Book Image

Cloning Internet Applications with Ruby

By : Chang Sau Sheong
Book Image

Cloning Internet Applications with Ruby

By: Chang Sau Sheong

Overview of this book

Most users on the Internet have a few favorite Internet web applications that they use often and cannot do without. These popular applications often provide essential services that we need even while we don’t fully understand its features or how they work. Ruby empowers you to develop your own clones of such applications without much ordeal. Learning how these sites work and describing how they can be implemented enables you to move to the next step of customizing them and enabling your own version of these services.This book shows the reader how to clone some of the Internet's most popular applications in Ruby by first identifying their main features, and then showing example Ruby code to replicate this functionality.While we understand that it connects us to our friends and people we want to meet up with, what is the common feature of a social network that makes it a social network? And how do these features work? This book is the answer to all these questions. It will provide a step-by-step explanation on how the application is designed and coded, and then how it is deployed to the Heroku cloud platform. This book’s main purpose is to break up popular Internet services such as TinyURL, Twitter, Flickr, and Facebook to understand what makes it tick. Then using Ruby, the book describes how a minimal set of features for these sites can be modeled, built, and deployed on the Internet.
Table of Contents (13 chapters)

Chapter 1. Cloning Internet Applications

This book is about copying. Copying has an unpleasant reputation in these copyright and intellectual property sensitive times, but it's probably unknown to many, that it has an illustrious past. When we were babies, the main way we learnt was through copying what our parents did. If you have young children you soon learn to your regret the first time you utter any insalubrious words and how quickly your child copies your exclamation and mannerisms. Our number system was copied from the Arabs (that's why they are called Arabic numerals) but it was first used by the Indians from the Indian subcontinent, and subsequently copied by the Arabs in the Middle-East. The English language regularly copies words from other languages. In fact the word 'copy' comes from the Old French word copie which comes from the Medieval Latin word copia.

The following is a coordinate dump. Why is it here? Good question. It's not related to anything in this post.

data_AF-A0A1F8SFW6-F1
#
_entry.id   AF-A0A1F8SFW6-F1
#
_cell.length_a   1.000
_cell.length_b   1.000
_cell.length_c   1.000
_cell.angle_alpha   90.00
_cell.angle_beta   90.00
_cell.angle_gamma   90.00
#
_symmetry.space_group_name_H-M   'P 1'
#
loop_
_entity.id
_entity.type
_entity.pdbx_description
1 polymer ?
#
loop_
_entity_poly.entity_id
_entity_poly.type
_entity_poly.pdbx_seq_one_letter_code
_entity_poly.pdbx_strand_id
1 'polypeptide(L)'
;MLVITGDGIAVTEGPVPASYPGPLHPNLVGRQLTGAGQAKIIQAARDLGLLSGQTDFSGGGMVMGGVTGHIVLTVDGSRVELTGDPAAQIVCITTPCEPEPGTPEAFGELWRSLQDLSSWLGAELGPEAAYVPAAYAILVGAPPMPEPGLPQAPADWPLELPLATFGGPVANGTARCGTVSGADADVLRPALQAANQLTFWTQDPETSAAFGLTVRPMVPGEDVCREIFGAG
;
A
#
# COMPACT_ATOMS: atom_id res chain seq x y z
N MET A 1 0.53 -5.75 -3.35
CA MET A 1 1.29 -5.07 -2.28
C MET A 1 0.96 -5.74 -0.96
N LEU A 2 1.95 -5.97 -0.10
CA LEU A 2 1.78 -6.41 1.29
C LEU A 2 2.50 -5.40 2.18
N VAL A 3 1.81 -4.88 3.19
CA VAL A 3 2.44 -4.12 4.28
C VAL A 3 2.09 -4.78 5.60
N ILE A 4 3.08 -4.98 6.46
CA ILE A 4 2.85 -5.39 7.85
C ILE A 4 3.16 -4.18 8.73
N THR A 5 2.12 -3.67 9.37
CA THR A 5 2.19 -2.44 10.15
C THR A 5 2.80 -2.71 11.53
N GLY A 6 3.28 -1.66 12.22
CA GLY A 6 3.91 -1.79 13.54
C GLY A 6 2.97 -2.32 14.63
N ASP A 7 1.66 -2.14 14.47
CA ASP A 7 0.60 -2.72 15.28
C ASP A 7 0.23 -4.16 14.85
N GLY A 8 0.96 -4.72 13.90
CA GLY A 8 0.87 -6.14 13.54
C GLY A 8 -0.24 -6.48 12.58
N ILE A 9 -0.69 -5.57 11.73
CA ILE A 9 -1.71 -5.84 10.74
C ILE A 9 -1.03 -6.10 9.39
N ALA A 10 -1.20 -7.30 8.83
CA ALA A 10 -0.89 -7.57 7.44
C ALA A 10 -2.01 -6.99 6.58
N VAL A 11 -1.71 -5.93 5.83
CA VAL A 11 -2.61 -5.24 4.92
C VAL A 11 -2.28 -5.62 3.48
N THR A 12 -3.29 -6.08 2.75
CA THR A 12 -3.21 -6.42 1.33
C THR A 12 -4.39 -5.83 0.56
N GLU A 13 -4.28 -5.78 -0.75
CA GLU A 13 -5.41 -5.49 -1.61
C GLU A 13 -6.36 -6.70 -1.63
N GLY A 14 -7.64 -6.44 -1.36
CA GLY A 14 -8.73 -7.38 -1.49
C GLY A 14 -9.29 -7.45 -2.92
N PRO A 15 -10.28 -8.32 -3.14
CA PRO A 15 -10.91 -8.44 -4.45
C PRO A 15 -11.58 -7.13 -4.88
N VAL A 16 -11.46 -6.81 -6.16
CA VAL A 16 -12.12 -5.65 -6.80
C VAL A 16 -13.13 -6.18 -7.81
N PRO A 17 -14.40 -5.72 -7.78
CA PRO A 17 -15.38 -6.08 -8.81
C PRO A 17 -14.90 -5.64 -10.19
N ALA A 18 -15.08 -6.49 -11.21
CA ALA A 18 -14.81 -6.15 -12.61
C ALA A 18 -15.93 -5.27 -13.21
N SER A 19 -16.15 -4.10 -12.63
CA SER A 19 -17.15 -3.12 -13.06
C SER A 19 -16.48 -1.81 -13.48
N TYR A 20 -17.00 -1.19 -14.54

That is not to say infringing copyright is the right thing to do when someone else has spent tremendous effort in coming up with the original. However, it should be recognized that not all things are copyrightable, patentable, or can be trademarked, and that is for a good reason. Ideas for example are generally not considered as intellectual property. Copyright is the protection of expressions of ideas, not the protection of the ideas themselves. Patent law is used for the protection of inventions for a limited time in return for the disclosure of the invention. Again it is not a protection of ideas; the concept of patent law is to promote the liberation of the idea in exchange for limited monopoly. Google is well known to have dominance in the search engine market but it doesn't mean it has monopoly on search engines. Anyone else is free to write his/her own search engine (though taking part of Google's search engine code to write your own search engine is copyright infringement).

This idea of copying is the basis of the book you are holding. In short, the premise of this book is to learn how each of the popular Internet applications we clone work through copying the ideas behind them.

In this chapter we will cover:

  • A brief description of the type of people who would like to read this book

  • The popular Internet applications described in this book and why we chose them

  • The various technologies used in this book, including Sinatra, DataMapper, and Haml